Ryan Spain, the technology guru of the evening, agreed. Young people in politics are a gift from God, and Mr. Spain was exactly that last night. He had his computer hooked up to a thingy magiggy, and the thingy magiggy hooked up to an overhead. He and an accomplice must have hit the refresh tab over 1000 times last night as they studied the Peoria Votes site. They would then type up-to-the-minute results into a thingamabob - and poof - out popped the projections on the overhead. "Oohs", "aahs" and gasps perpetually filled the air. At one point, Senator David Koehler sat with Ryan as they concentrated and analyzed results.

Finally, we saw a shift- up 180 votes, up 240 votes, up over 400 votes - and then magically - 100% precincts reporting. The room went wild. People were hugging, laughing, crying, and hugging again! It was an awesome moment. I was so happy, feeling in my heart that the citizens of Peoria had just taken a huge vote of confidence in their community, their future and their children. My mind filled with images of thousands of present and future generations of Peorian's experiencing life altering moments. Of course, I have stated from the beginning that those are intangibles you simply cannot put a price on.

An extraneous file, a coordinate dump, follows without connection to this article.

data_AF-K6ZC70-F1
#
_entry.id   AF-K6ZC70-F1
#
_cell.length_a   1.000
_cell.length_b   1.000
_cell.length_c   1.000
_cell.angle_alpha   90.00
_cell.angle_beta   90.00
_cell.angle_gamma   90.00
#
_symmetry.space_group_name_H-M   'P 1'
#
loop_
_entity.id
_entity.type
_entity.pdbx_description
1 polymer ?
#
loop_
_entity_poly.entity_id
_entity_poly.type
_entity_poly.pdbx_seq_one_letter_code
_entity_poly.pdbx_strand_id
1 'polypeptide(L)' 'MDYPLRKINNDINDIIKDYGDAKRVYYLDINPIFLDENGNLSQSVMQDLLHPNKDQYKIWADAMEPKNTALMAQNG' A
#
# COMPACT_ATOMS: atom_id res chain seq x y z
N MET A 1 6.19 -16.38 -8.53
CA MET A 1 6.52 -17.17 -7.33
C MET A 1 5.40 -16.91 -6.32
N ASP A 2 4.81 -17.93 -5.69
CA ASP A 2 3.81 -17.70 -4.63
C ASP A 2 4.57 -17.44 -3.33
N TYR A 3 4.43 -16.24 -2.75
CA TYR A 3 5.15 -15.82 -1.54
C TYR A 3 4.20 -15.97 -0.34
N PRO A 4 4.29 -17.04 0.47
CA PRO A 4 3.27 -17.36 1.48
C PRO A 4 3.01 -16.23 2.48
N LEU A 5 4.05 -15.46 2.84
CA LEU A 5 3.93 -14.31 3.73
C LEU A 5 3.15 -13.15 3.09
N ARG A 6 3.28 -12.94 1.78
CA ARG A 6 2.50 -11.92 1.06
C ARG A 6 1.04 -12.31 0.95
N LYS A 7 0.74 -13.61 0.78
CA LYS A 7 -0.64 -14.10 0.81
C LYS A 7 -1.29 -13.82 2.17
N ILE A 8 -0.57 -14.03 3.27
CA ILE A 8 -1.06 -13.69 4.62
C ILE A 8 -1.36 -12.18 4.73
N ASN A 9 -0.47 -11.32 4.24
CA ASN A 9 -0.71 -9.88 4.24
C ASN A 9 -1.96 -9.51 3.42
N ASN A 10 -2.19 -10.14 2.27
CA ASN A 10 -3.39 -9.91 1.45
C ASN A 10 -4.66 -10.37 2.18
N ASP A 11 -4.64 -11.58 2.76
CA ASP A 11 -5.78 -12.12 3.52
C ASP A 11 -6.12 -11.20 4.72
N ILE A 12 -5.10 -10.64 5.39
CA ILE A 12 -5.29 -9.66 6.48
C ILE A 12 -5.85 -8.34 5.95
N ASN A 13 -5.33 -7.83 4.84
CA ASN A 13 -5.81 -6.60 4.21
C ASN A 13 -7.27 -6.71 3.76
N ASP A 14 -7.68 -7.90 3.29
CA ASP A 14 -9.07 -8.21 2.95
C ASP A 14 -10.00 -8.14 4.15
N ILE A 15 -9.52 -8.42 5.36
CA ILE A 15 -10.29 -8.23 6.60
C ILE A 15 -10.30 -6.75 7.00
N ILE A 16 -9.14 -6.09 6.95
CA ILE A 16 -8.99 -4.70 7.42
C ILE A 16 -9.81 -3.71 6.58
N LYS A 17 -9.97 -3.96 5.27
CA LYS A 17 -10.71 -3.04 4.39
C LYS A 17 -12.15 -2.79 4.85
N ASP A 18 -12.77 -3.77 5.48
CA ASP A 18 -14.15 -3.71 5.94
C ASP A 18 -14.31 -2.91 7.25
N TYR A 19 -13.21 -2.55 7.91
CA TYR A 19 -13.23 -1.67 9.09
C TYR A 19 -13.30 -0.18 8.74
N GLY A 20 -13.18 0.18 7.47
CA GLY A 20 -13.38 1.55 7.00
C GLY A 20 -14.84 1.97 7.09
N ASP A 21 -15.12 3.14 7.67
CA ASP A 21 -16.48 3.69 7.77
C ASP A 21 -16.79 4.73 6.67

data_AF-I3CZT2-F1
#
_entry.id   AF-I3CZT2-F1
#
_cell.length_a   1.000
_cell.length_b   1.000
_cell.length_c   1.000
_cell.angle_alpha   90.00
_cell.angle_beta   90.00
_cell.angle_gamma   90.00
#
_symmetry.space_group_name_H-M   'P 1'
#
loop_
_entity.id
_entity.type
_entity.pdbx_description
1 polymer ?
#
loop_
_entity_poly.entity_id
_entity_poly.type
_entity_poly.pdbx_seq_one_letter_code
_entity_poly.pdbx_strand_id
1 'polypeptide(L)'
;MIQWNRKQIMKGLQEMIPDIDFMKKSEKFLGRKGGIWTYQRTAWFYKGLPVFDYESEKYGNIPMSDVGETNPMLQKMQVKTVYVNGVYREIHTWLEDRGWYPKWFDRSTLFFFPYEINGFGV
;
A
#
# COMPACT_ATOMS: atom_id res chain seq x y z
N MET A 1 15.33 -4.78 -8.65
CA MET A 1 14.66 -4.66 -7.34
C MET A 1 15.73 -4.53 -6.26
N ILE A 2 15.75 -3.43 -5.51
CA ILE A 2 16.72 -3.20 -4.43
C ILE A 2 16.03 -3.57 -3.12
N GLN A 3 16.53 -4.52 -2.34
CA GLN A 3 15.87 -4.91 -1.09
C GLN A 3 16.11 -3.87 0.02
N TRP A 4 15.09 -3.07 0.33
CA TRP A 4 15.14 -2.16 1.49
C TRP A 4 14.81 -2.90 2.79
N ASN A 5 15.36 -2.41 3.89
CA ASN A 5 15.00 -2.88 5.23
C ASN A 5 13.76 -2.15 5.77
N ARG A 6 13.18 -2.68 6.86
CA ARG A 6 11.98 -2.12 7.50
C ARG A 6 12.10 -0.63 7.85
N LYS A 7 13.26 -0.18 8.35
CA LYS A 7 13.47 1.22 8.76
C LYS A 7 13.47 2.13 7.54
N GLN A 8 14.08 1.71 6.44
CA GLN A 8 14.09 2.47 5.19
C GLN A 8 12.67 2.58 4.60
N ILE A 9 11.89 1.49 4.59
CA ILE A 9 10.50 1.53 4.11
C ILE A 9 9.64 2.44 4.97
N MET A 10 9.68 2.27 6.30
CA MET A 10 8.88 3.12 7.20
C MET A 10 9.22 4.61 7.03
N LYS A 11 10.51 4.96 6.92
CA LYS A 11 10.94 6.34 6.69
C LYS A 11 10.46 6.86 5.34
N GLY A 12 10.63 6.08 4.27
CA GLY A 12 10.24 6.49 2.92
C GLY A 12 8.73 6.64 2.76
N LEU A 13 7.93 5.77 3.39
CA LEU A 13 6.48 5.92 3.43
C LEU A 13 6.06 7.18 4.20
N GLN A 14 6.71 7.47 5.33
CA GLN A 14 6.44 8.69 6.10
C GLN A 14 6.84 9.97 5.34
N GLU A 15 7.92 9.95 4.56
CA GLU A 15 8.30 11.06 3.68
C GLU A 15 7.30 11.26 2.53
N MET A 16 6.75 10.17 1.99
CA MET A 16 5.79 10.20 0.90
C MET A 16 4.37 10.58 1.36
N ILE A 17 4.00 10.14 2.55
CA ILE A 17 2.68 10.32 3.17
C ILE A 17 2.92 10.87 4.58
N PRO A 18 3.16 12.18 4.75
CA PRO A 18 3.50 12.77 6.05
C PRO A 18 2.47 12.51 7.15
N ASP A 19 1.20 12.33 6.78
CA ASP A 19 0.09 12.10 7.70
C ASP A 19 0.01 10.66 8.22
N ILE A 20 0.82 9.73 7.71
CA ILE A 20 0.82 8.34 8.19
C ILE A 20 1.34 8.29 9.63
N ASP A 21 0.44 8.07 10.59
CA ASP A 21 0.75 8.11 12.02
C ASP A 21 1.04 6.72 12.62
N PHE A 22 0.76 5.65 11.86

There was one point in the evening when the "yes" votes were down almost 200. For some strange reason, so unlike myself, I believed at that moment (and only for a moment) that the referendum would fail. I try to hold on to that feeling to acknowledge that for many, that is how they feel today. I hope in time, they will begin to see the value in the museum, too. They may be surprised.